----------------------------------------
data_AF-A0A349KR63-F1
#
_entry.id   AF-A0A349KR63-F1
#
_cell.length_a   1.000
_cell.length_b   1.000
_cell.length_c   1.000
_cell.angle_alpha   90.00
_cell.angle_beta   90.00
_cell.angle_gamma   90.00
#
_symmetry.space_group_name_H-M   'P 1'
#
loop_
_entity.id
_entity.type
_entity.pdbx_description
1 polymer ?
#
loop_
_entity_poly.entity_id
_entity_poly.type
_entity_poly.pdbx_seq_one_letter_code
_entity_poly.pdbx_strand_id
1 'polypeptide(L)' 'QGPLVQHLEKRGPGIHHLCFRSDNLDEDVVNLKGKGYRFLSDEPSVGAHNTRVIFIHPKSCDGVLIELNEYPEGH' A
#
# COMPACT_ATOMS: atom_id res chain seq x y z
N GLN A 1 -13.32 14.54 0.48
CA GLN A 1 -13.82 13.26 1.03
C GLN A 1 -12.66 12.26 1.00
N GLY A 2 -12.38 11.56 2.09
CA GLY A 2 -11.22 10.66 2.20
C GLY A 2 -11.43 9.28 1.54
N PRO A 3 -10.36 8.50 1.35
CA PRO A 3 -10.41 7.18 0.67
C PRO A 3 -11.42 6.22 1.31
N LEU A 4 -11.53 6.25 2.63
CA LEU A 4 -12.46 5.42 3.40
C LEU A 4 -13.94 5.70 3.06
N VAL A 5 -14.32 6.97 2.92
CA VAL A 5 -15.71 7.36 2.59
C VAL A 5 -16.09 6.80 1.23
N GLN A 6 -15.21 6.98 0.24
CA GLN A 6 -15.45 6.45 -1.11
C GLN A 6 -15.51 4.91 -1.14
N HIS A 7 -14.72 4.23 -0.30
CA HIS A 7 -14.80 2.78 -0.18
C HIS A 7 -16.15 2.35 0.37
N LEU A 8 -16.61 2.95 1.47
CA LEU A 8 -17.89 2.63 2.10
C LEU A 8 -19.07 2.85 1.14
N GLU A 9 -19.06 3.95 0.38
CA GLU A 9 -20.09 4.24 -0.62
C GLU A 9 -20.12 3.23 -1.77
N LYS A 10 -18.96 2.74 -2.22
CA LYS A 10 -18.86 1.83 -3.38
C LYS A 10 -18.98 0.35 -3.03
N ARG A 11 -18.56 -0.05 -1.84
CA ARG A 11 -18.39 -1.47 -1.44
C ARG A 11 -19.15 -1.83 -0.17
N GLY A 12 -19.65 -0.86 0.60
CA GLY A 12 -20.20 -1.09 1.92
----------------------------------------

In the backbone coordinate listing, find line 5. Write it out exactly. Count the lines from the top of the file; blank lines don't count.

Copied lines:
_cell.length_a   1.000